Food sales keep Sainsbury and M&S afloat

By Gwen Ridler

- Last updated on GMT

Food sales have kept retailers M&S and Sainsbury's sales up
Food sales have kept retailers M&S and Sainsbury's sales up

Related tags coronavirus

Food sales at retailers Marks & Spencer (M&S) and J Sainsbury have kept the businesses afloat during the coronavirus crisis.

The two companies’ full-year (FY) 2020 results revealed the financial impact of the COVID-19 outbreak, which saw food and drink mitigating the decline in sales across other parts of their businesses.  

Analysts at Shore Capital forecast current pre-tax profit for M&S – whose results are set to be published later this month – of £408m, down from a pre-lockdown consensus of £450m.

Commenting on the results, an M&S spokesman said the retailer had benefitted from the wave of stockpiling experienced across the sector in the wake of the UK’s lockdown. However, the retailer’s heavy bias toward chilled and fresh produce meant it wasn’t seeing the same returns as other players on the market.

Food sales in the months ahead

“The significant shift to eating in home should however continue to benefit sales in the months ahead,”​ the spokesman added.

“M&S benefits from having a strong food business and the transition to Ocado supply is on track to proceed in September to form a multi-channel food operation. However, food trading has been adversely affected by lockdown due to the closure of cafes and slowdown in travel and some city centre locations.”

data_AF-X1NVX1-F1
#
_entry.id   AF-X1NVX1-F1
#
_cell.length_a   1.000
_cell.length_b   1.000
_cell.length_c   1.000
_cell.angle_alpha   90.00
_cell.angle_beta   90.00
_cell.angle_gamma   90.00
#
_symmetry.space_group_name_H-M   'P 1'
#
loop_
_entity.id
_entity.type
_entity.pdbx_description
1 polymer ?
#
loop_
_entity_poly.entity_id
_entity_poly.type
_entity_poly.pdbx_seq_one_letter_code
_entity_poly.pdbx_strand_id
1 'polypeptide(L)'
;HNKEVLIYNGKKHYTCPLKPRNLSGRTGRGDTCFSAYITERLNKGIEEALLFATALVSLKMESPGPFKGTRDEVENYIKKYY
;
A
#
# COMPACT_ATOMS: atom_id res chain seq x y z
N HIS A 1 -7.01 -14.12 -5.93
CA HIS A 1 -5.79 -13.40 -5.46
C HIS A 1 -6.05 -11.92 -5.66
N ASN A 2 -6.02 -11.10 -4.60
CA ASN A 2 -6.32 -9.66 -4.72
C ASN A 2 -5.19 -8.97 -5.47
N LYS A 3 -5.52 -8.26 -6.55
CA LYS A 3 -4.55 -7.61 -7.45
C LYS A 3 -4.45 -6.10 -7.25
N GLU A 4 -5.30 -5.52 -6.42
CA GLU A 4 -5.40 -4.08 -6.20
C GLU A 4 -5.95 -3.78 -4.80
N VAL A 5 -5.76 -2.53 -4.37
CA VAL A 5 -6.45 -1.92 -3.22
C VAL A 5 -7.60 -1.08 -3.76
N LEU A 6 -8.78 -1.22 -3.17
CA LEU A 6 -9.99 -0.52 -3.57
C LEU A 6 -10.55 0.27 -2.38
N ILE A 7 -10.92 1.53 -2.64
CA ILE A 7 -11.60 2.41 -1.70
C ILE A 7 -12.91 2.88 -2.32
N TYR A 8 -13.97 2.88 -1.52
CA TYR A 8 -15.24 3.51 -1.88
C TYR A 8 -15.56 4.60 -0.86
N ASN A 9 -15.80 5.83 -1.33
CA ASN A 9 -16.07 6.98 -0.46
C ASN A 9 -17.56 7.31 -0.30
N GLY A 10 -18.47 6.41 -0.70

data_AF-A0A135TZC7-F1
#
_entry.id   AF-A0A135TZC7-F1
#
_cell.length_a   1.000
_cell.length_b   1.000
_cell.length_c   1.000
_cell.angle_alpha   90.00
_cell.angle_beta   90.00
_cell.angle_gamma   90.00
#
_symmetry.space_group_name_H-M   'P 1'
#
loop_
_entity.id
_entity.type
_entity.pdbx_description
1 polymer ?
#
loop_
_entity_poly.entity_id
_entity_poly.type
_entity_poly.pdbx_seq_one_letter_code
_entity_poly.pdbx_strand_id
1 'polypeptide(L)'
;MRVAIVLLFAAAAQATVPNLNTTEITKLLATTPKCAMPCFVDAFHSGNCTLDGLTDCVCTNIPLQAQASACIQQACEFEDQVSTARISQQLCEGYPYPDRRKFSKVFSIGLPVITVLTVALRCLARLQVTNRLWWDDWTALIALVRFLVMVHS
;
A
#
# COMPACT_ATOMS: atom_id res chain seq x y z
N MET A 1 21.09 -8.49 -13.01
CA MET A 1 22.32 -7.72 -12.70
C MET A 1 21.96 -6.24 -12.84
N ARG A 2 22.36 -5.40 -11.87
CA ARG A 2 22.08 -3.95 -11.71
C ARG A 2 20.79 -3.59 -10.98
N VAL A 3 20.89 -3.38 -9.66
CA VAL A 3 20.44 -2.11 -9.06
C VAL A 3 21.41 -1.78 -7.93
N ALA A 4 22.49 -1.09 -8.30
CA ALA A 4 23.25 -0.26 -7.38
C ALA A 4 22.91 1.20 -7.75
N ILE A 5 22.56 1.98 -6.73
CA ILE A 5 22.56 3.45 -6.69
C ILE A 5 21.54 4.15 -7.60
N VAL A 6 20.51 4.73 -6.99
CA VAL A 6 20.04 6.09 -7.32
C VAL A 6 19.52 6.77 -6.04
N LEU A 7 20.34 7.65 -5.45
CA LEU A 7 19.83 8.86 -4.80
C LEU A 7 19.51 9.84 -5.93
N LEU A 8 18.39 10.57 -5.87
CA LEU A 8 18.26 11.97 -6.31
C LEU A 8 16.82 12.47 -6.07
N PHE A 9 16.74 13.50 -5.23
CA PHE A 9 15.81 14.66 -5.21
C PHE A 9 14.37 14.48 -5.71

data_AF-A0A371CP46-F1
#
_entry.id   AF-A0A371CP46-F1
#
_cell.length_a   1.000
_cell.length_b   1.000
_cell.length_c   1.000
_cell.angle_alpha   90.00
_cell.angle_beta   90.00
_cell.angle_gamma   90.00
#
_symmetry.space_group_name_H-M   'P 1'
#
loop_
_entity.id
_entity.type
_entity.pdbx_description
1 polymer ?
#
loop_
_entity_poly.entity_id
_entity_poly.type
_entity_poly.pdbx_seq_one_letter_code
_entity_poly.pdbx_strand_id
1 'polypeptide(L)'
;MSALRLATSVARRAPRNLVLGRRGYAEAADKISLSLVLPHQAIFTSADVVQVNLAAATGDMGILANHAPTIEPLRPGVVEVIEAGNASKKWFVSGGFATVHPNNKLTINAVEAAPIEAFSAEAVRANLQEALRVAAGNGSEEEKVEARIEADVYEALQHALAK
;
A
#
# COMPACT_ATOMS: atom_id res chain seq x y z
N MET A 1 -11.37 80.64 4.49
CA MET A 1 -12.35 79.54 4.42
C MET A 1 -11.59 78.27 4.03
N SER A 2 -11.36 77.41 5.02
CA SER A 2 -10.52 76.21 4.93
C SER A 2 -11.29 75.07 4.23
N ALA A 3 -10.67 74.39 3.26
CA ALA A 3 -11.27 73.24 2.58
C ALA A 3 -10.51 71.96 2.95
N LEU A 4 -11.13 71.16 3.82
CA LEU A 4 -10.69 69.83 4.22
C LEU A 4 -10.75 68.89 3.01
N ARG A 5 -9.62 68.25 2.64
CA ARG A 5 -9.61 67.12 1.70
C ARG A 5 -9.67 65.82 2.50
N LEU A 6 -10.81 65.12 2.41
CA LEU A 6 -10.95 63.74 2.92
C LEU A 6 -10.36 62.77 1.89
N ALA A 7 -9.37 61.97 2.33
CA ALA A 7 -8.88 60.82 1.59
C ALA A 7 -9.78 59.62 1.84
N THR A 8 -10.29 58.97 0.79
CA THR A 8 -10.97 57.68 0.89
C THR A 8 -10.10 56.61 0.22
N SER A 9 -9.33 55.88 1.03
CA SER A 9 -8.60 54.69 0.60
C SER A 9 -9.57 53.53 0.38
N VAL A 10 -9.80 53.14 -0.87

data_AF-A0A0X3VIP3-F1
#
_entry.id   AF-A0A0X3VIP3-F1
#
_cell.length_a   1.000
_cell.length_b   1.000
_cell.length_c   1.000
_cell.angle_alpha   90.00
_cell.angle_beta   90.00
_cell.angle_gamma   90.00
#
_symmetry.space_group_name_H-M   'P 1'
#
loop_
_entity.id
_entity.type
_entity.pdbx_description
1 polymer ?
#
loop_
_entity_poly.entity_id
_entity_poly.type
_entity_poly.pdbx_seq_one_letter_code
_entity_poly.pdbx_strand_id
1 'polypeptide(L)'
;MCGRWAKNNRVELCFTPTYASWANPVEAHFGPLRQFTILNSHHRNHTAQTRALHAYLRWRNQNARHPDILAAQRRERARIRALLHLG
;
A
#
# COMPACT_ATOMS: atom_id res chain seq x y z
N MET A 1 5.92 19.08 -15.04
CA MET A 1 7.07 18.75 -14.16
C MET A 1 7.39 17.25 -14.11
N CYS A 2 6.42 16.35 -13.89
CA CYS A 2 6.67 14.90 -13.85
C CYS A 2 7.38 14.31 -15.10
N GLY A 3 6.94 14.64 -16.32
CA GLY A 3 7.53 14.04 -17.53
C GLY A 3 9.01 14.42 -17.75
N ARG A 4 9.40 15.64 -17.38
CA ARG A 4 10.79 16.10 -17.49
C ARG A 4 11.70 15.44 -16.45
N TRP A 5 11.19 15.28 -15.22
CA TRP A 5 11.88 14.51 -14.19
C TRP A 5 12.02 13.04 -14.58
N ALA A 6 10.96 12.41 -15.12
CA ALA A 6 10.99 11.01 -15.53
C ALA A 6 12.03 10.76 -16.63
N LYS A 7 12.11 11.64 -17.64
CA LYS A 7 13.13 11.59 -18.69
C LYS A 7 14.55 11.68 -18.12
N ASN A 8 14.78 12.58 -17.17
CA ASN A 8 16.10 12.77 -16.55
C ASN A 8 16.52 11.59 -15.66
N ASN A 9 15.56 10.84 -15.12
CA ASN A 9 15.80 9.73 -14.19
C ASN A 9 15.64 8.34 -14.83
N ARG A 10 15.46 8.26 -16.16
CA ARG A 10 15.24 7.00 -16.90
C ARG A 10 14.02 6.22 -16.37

Clive Black, head analyst at Shore Capital said: “Thankfully M&S had in place and was expediting its broad transformation programme, prior to coronavirus. Much has been done and this time provides the scope to press on.

“Whilst challenging times, we expect M&S to emerge fitter for purpose in-store and online, in a dramatically adjusting British retail scene.”

J Sainsbury reported more favourable figures in its FY2020 results, reporting a 26% rise in profit before tax to £255m, offset somewhat by higher tax charges in the reported period – post-tax profit was down from £186m to £152m.

Limited damage

Despite the negative impact of the coronavirus on its sales, the retailer was thankful that its emergence came at the end of the reported period, limiting the damage to its financials.

Shore Capital noted that the outbreak, along with present economic conditions, would serve as a catalyst to accelerate positive change for Sainsbury.

Black added: “The coronavirus crisis has brought with it a remarkable change in shopper behaviour in such a short period of time, some of which, it should be said, can be expected to stick to some degree in the post-lockdown times ahead.

“Indeed, it could be argued that the crisis will serve to be an agent for structural change around the configuration of the high street and the balance between online and offline retailing.”

Both retailers have decided against declaring a final dividend payment for FY2020.

Meanwhile, Premier Foods has delivered a “triple whammy”​ of positive results​ on the back of its latest update, according to Shore Capital head of research Clive Black.

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